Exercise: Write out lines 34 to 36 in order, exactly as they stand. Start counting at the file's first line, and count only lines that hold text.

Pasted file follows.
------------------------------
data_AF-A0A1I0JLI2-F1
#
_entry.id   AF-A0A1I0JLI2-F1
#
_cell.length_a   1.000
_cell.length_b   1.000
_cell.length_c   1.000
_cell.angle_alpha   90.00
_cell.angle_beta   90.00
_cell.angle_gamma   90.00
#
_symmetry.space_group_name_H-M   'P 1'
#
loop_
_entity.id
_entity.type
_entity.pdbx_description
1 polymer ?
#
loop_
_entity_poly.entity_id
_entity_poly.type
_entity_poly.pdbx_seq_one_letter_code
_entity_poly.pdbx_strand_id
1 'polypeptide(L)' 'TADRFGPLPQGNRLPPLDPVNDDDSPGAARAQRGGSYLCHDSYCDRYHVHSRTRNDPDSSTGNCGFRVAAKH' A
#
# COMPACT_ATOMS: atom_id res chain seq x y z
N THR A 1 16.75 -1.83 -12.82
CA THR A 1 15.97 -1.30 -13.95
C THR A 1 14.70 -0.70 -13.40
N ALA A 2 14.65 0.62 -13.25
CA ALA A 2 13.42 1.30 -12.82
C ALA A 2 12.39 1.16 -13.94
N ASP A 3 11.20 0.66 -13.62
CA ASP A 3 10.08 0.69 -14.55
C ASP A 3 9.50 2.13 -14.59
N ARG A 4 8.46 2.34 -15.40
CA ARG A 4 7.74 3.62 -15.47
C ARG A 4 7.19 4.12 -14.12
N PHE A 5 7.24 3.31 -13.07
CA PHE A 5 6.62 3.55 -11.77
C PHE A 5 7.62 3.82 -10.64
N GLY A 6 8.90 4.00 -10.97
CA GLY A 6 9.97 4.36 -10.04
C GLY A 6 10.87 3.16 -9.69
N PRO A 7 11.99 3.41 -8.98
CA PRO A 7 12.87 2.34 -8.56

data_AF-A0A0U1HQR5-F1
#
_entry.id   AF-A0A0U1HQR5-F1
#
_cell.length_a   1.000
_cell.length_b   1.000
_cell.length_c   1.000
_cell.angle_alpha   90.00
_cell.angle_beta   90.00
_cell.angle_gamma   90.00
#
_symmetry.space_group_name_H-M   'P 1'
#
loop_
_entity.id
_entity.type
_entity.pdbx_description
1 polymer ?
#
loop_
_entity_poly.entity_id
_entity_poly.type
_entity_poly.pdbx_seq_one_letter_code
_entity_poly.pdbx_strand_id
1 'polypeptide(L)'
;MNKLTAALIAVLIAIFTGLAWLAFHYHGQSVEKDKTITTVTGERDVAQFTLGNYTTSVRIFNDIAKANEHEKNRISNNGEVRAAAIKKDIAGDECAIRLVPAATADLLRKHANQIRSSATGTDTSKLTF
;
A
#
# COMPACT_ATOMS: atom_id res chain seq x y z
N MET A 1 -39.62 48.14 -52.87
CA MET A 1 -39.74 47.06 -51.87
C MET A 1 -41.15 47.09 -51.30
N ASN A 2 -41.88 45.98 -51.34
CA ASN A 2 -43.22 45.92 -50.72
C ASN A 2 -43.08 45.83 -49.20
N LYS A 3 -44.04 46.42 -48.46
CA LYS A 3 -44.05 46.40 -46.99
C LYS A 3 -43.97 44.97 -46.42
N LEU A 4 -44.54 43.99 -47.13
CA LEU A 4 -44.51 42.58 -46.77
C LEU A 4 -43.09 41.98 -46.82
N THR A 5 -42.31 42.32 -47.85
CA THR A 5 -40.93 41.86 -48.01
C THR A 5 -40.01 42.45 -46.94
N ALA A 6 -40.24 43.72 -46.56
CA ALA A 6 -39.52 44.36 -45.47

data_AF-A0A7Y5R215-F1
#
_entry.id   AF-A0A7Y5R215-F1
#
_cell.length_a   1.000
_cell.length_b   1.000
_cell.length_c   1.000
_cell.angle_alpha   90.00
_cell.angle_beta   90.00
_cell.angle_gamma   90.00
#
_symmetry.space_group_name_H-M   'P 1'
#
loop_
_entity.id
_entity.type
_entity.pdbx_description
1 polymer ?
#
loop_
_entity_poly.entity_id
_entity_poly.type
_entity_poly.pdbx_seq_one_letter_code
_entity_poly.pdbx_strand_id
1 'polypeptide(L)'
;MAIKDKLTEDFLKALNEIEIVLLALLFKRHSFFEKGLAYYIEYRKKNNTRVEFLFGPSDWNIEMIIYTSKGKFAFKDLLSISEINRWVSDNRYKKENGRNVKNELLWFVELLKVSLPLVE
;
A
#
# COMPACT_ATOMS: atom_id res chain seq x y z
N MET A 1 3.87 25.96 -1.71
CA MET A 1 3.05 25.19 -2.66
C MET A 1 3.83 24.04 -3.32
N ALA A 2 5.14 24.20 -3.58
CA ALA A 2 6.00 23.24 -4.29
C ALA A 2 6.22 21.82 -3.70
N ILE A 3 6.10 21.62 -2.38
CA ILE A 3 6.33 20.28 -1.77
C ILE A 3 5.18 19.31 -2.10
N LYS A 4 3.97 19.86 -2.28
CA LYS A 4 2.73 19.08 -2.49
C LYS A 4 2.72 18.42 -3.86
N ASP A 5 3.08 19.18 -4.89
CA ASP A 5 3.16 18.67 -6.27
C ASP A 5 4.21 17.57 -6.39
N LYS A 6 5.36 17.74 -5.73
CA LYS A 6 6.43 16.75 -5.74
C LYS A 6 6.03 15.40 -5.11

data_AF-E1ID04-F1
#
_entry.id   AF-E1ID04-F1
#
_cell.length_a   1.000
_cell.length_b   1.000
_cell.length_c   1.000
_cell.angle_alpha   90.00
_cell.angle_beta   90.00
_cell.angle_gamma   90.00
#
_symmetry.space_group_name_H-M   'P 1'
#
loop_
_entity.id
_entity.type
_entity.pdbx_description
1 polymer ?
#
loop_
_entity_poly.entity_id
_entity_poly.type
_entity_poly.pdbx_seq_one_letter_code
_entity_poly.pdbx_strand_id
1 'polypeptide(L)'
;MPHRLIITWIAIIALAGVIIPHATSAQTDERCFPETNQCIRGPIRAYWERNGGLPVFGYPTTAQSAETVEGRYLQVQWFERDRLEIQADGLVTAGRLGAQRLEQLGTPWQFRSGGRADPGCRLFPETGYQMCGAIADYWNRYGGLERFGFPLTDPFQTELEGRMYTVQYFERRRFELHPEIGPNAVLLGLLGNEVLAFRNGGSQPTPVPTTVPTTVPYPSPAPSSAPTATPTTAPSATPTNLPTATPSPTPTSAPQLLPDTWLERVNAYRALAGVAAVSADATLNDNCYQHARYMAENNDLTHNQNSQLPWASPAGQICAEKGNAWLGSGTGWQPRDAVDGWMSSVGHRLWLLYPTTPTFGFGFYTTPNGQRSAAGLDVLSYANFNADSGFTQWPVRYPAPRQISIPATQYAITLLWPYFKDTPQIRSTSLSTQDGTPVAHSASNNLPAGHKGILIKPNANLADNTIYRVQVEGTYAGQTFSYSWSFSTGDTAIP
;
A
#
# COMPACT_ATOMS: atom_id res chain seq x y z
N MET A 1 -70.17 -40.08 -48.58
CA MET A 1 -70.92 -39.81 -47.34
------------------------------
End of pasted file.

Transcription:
N ASP A 3 11.20 0.66 -13.62
CA ASP A 3 10.08 0.69 -14.55
C ASP A 3 9.50 2.13 -14.59